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Banting and Best for Canada?

Posted by Daniel Hoornweg on November 09, 2015

Frederick Banting (right) with Charles H. Best, ca. 1924
Frederick Banting (right) with Charles H. Best, ca. 1924

Quick: name the world’s largest diabetes company. It should be Canadian right? After all it was Frederick Banting and Charles Best at the University of Toronto (U of T) who developed insulin in 1921. But wait, Banting and Best, being good guys gave away the intellectual property (IP) and now, nearly a century later, Denmark's Novo Nordisk is the world’s largest pharmaceutical company working on diabetes.

Novo Nordisk got its start through Marie and August Krogh who, when visiting New York in the fall of 1922, heard about insulin being produced in Toronto. They wrote to Professor John Macleod, head of the new institute at U of T. The letter was well-received and after a meeting in Toronto, the couple returned to Copenhagen in December 1922 with permission to manufacture and sell insulin in Scandinavia.

Banting, Best, Macleod, as well as the Kroghs, were all medical doctors (Marie was the first woman to get a medical doctorate in Denmark – and had Type 2 diabetes). Their collective priorities were in helping as many diabetes patients as possible. Banting and Best did not want to control the patent for insulin, preferring it be as freely available as possible. They assigned the rights to the university, which charged a five per cent royalty to ensure quality control.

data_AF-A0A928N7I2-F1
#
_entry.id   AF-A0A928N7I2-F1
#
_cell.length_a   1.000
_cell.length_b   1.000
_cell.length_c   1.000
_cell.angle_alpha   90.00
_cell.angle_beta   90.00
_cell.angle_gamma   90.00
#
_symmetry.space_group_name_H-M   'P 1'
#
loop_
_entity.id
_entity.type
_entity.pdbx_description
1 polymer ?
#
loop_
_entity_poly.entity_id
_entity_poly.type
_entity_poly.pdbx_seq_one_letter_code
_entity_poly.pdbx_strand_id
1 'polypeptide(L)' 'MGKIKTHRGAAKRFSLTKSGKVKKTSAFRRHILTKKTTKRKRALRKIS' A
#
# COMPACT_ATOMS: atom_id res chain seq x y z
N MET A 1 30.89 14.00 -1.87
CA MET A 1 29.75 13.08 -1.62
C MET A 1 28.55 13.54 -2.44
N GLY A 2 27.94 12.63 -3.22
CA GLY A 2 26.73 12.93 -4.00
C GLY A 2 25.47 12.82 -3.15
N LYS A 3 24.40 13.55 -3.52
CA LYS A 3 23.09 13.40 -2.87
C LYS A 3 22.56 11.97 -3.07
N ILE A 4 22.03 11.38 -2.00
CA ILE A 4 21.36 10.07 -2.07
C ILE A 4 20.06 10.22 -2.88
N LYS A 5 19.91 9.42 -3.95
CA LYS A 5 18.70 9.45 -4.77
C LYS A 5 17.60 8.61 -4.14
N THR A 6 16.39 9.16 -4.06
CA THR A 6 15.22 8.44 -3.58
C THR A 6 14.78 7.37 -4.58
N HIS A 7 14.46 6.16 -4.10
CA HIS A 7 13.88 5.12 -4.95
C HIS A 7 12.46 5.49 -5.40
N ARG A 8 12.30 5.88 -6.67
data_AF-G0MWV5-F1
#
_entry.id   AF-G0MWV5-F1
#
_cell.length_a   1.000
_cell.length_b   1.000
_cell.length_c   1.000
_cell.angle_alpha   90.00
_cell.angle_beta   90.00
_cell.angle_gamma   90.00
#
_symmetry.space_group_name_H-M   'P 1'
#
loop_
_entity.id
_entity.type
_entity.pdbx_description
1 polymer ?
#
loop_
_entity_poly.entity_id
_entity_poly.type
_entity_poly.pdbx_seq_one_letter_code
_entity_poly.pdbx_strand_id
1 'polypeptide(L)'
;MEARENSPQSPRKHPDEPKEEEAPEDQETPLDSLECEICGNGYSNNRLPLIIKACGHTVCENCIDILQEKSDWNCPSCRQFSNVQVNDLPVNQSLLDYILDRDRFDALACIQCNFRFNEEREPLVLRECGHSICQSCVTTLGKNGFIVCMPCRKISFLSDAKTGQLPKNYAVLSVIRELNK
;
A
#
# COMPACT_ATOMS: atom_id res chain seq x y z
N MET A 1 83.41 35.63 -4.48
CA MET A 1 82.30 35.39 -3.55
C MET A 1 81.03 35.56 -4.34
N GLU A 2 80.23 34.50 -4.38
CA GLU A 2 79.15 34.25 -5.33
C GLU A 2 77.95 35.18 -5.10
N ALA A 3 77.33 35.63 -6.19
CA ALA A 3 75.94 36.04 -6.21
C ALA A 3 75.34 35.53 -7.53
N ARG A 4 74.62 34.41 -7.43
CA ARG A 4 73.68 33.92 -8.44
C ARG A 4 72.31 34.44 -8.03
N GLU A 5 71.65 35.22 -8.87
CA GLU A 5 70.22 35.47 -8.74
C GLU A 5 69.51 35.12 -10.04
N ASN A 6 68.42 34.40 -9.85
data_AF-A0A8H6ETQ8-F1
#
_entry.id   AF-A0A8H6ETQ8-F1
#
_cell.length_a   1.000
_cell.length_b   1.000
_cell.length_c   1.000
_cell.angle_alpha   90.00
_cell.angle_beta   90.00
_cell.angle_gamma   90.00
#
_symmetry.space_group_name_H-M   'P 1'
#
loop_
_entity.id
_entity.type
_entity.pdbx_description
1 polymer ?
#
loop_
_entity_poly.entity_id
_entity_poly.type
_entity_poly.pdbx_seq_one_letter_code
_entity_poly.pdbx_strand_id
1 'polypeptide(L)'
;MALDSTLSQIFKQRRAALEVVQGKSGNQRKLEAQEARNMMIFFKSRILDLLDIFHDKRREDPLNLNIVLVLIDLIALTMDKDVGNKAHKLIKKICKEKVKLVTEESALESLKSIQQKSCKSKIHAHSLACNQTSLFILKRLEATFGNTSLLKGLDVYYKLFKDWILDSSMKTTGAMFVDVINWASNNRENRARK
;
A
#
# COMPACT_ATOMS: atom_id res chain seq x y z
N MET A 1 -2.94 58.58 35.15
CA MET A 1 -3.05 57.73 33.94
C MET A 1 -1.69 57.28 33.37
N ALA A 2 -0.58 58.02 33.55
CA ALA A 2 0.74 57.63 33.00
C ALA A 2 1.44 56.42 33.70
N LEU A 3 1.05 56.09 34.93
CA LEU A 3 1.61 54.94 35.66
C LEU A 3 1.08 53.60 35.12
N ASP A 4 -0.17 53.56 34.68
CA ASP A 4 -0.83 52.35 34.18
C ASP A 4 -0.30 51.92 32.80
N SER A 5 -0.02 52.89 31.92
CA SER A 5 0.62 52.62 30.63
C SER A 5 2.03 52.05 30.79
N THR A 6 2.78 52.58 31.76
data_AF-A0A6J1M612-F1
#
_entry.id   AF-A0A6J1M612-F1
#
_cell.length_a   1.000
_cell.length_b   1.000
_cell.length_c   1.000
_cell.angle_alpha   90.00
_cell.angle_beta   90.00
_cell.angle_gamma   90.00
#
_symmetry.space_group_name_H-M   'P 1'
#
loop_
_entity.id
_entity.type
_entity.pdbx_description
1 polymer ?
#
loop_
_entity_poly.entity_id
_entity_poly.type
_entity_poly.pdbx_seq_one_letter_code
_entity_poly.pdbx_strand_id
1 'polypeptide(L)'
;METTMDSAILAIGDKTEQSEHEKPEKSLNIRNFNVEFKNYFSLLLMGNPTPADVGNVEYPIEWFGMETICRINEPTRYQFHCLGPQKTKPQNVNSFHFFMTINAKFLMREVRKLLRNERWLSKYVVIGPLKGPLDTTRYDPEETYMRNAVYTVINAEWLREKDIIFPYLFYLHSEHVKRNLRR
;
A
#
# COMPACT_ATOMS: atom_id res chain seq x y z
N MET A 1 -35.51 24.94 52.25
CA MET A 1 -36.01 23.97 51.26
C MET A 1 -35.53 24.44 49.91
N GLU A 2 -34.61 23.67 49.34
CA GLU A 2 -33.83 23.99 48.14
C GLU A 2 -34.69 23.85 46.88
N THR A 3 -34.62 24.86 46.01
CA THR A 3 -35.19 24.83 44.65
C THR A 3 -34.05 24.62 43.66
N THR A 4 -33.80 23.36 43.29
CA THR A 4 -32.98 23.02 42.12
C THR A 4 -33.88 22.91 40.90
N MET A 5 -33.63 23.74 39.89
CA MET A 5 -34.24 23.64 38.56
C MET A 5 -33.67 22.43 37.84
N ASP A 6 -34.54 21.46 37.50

Teaching hospitals provide a similar nod to altruism, combining education with real-life patients. There are more than 2,000 hospitals partnered with universities around the world, about 100 in Canada alone. Most doctors spend their formative years passing through at least one of these teaching hospitals.

Canada may now be experiencing another ‘insulin moment.’ Canada’s ‘seven Cs’, the seven-largest cities (metro areas of Toronto, Montreal, Vancouver, Ottawa, Calgary, Edmonton, and Winnipeg) cannot control the IP of city service delivery, but they can emerge as key global centres for urban management and healthy cities.

Despite the fact more than three times as much money is spent on urban services as health care, there is not a single official teaching community worldwide. A few of Canada’s cities should partner with universities and also serve as teaching communities. Maybe the University of Ontario Institute of Technology (UOIT) and Oshawa, Whitby or Pickering (and Veridian or the Oshawa Public Utilities Commission) could be first. Similar to doctors in teaching hospitals today, in 10 to 15 years every key urban manager, engineer, planner and communicator working on energy, transportation, water and waste services, should have passed through at least one teaching community.

Canadian companies, along with their host communities, will flourish. Similar to how the discovery of insulin now helps people worldwide, better city management in Canada can also help everyone in the world. And in 50 years or so, a quick answer to the question “Where is the world’s largest and best urban management company from?” will be, “Canada of course.”

Banting, Best, Macleod, as well as the Kroghs were all medical doctors (Marie was the first woman to get a medical doctorate in Denmark – and had Type 2 diabetes). Their collective priorities were in helping as many diabetes patients as possible. Banting and Best did not want to control the patent for insulin, preferring it be as freely available as possible. They assigned the rights to the university, which charged a five per cent royalty to ensure quality control.


Filed under: Sustainability 101


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